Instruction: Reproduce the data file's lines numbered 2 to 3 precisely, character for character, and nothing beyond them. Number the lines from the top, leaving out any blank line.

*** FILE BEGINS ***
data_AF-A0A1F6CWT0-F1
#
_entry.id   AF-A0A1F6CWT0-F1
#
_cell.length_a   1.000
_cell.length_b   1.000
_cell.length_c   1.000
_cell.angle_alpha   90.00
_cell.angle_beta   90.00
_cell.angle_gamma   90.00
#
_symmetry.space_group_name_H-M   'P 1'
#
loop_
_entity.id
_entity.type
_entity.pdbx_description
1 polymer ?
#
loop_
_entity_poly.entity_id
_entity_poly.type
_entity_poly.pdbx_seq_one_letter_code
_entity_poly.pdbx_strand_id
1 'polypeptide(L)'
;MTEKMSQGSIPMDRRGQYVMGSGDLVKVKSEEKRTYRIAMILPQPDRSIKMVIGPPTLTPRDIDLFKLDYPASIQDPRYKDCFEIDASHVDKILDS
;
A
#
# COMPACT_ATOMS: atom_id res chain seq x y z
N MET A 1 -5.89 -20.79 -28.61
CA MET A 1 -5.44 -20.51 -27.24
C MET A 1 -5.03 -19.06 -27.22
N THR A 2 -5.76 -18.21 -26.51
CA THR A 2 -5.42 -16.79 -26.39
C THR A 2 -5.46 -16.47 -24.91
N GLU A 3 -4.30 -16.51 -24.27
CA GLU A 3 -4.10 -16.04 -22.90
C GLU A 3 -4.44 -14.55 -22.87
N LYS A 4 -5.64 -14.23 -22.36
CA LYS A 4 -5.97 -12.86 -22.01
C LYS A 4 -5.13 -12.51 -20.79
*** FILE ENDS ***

#
_entry.id   AF-A0A1F6CWT0-F1